Second Sunday of Easter 2019
Fr David Ranson
Last Sunday morning we came together in the churches of our Diocese in the glorious April sunshine to celebrate the Resurrection of the Lord. So, too, did our brothers and sisters in Colombo, Sri Lanka. Like us, they came to their churches with a great sense of anticipation, the feast day filling their hearts with hope and possibility. We left our church streaming into the beautiful day with every sense of the opportunity that Easter brings us. Our brothers and sisters in Sri Lanka did not. They came to celebrate life; yet they found death. They came to share peace; instead they met violence. They came to be sprinkled with water; instead they left covered in blood. The juxtaposition between the hopes of our brothers and the sisters last Easter morning and the horrific reality of that day could not be stronger. Blessedness gives way to brutality; joy evaporates into despair; love dissolves into fear. The very order of Easter which ordinarily has Easter follow Good Friday was reversed. Heaven became hell.
The callousness of the attacks in Sri Lanka are beyond description. In the face of the trauma of last weekend, which cannot but be felt by all of us in some way, it seems that in one instant, the light of Easter is extinguished by the darkness of evil. How fragile the light of Easter seems against the force of evil. What meaning is there in proclaiming the Risen Life of Christ when the forces of evil so quickly and so easily seem to be able to destroy it so as to snuff out the lives and hopes of so many people. What meaning does the light of a simple single Easter Candle have in the face of the ignition of a bomb? What power can the story of Jesus’ resurrection have against the narrative of hate? Events such as last weekend cannot but raise the question of the futility of what we ourselves celebrated in our own church. Is it just all a strange pantomime that loses meaning when confronted with the harshness of reality? The power of evil is so strong what can withstand it?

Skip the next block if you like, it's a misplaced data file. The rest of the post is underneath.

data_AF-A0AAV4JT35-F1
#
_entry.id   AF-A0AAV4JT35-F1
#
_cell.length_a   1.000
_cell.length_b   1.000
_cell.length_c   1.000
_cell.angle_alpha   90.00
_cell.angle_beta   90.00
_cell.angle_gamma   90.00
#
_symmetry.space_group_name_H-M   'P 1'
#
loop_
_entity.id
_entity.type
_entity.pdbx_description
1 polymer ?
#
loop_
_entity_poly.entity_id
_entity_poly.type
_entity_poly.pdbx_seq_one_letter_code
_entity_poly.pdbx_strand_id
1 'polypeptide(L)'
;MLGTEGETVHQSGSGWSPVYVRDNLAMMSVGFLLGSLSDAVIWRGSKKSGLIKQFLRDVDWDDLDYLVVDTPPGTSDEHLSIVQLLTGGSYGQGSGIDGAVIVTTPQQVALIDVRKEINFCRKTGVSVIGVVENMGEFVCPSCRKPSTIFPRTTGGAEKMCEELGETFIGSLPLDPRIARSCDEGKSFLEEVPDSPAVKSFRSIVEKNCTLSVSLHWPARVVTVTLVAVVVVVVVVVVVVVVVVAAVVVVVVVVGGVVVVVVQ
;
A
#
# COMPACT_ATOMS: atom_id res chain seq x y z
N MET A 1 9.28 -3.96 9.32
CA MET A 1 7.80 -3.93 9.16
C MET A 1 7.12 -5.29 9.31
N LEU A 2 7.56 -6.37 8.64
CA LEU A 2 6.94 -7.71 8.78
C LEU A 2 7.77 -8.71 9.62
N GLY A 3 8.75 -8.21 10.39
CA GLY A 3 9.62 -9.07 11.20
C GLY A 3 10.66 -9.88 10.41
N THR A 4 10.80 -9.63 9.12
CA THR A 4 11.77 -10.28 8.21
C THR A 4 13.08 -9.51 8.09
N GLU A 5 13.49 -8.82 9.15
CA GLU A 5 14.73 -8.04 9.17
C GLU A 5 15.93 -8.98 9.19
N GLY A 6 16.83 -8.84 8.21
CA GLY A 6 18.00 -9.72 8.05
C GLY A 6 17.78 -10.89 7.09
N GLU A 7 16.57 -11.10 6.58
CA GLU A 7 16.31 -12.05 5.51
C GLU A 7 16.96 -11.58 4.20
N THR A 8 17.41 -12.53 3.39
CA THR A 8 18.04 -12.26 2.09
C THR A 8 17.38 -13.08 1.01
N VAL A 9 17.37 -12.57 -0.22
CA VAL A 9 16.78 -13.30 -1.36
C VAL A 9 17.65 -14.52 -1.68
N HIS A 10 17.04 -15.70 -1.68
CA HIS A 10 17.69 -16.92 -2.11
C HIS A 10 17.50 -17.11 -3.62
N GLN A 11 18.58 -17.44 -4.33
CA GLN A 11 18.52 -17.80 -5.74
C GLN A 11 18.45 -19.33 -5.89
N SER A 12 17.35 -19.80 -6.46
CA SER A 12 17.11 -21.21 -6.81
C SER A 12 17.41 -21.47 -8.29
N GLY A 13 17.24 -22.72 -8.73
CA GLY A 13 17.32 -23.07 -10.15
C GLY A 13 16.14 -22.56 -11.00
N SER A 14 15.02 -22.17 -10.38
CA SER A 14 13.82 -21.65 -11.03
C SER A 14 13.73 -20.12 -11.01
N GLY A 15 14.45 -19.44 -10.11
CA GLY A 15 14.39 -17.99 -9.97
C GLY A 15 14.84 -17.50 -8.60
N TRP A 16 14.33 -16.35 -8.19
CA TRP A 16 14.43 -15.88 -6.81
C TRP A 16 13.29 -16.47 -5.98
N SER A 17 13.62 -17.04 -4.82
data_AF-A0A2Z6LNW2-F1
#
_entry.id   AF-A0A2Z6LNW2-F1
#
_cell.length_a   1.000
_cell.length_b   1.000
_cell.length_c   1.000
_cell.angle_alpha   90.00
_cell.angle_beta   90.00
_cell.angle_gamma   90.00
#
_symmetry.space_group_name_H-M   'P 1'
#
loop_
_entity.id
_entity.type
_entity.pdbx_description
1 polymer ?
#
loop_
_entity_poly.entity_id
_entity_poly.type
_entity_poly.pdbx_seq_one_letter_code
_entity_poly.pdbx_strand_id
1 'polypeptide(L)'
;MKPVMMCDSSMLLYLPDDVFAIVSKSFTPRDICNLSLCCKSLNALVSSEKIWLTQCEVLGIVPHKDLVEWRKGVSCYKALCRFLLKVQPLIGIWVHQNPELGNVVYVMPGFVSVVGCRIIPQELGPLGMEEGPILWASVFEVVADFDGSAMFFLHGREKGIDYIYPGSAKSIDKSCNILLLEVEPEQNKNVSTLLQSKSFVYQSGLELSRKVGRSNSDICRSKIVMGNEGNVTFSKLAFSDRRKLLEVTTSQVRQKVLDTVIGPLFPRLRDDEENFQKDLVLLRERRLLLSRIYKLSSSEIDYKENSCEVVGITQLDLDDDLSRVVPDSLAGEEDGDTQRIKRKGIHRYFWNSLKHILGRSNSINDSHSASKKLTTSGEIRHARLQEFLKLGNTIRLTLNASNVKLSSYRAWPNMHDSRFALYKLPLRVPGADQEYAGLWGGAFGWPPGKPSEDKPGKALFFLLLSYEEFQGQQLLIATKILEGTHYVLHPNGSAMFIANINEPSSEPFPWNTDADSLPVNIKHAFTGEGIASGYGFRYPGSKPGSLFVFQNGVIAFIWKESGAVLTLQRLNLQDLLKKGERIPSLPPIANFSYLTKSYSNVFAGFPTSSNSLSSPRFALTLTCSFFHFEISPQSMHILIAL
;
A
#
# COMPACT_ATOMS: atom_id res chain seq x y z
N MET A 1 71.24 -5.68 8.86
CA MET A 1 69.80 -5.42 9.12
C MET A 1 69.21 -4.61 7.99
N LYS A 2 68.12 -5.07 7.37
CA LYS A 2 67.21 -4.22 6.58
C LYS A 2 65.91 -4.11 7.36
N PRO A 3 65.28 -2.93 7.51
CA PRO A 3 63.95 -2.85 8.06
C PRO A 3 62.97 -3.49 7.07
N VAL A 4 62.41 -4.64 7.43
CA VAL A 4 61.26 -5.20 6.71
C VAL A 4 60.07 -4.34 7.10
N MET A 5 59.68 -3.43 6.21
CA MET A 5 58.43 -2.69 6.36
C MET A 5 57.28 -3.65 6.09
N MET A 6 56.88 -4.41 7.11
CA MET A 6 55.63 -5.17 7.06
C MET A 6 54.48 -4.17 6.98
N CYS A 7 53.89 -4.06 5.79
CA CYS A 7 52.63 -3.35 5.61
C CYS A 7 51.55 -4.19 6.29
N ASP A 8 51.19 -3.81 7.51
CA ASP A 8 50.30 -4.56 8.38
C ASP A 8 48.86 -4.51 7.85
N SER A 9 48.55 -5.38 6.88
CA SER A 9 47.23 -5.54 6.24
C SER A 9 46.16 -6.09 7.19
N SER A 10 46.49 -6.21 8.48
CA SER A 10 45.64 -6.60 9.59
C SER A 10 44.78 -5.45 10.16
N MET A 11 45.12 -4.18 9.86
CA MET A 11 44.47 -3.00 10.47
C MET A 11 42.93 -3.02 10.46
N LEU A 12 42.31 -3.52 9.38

And yet, the hope that lies at the very heart of the Easter celebration is neither naive nor sentimental. This is, in fact, the paradox of genuine Christian hope: it is most keenly experienced in the face of all that would seem to deny it. The hope that we have from within ourselves looks for its fulfillment and becomes discouraged in its frustration. But Christian hope is something quite different. Christian hope is not something that rises from within us. It is more than the realization of our own human aspirations, no matter how ardent they might be, and no matter how passionately they stretch out into the incomprehensible horizon of God’s mystery. The genesis of Christian hope is outside of ourselves. It is based on the conviction that through the history of salvation of our people we have been given a Promise, a Promise that cannot be thwarted. This is the basis for St Paul’s prayer of celebration,
Who shall separate us from the love of Christ? Shall tribulation, or distress, or persecution, or famine, or nakedness, or peril, or sword? . . . No, in all these things we are more than conquerors through him who loved us. For I am sure that neither death, nor life, nor angels, nor principalities, nor things present, nor things to come, nor power, nor height, nor depth, nor anything else in all creation, will be able to separate us from the love of God in Christ Jesus our Lord. (Rom 8: 35-39)